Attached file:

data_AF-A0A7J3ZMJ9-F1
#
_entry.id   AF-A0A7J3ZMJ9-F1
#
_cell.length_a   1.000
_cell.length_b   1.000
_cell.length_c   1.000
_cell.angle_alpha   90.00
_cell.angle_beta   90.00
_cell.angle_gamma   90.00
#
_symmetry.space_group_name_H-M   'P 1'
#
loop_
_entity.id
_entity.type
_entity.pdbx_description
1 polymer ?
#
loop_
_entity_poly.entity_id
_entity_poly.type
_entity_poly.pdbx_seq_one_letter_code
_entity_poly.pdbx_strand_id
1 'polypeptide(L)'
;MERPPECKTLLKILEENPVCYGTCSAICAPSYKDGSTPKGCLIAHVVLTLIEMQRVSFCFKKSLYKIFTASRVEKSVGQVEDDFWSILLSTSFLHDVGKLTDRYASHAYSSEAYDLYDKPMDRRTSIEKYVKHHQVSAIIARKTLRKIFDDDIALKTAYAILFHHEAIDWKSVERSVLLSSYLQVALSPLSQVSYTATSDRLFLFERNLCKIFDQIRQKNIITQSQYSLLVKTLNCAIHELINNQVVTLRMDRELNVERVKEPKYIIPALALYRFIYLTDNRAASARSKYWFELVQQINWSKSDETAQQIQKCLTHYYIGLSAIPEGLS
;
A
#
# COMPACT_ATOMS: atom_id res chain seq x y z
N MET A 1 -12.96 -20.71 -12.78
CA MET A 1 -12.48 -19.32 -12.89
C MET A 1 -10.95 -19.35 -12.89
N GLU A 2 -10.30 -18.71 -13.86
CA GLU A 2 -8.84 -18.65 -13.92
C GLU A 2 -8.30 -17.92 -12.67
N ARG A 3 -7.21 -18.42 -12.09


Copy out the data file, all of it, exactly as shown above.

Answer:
data_AF-A0A7J3ZMJ9-F1
#
_entry.id   AF-A0A7J3ZMJ9-F1
#
_cell.length_a   1.000
_cell.length_b   1.000
_cell.length_c   1.000
_cell.angle_alpha   90.00
_cell.angle_beta   90.00
_cell.angle_gamma   90.00
#
_symmetry.space_group_name_H-M   'P 1'
#
loop_
_entity.id
_entity.type
_entity.pdbx_description
1 polymer ?
#
loop_
_entity_poly.entity_id
_entity_poly.type
_entity_poly.pdbx_seq_one_letter_code
_entity_poly.pdbx_strand_id
1 'polypeptide(L)'
;MERPPECKTLLKILEENPVCYGTCSAICAPSYKDGSTPKGCLIAHVVLTLIEMQRVSFCFKKSLYKIFTASRVEKSVGQVEDDFWSILLSTSFLHDVGKLTDRYASHAYSSEAYDLYDKPMDRRTSIEKYVKHHQVSAIIARKTLRKIFDDDIALKTAYAILFHHEAIDWKSVERSVLLSSYLQVALSPLSQVSYTATSDRLFLFERNLCKIFDQIRQKNIITQSQYSLLVKTLNCAIHELINNQVVTLRMDRELNVERVKEPKYIIPALALYRFIYLTDNRAASARSKYWFELVQQINWSKSDETAQQIQKCLTHYYIGLSAIPEGLS
;
A
#
# COMPACT_ATOMS: atom_id res chain seq x y z
N MET A 1 -12.96 -20.71 -12.78
CA MET A 1 -12.48 -19.32 -12.89
C MET A 1 -10.95 -19.35 -12.89
N GLU A 2 -10.30 -18.71 -13.86
CA GLU A 2 -8.84 -18.65 -13.92
C GLU A 2 -8.30 -17.92 -12.67
N ARG A 3 -7.21 -18.42 -12.09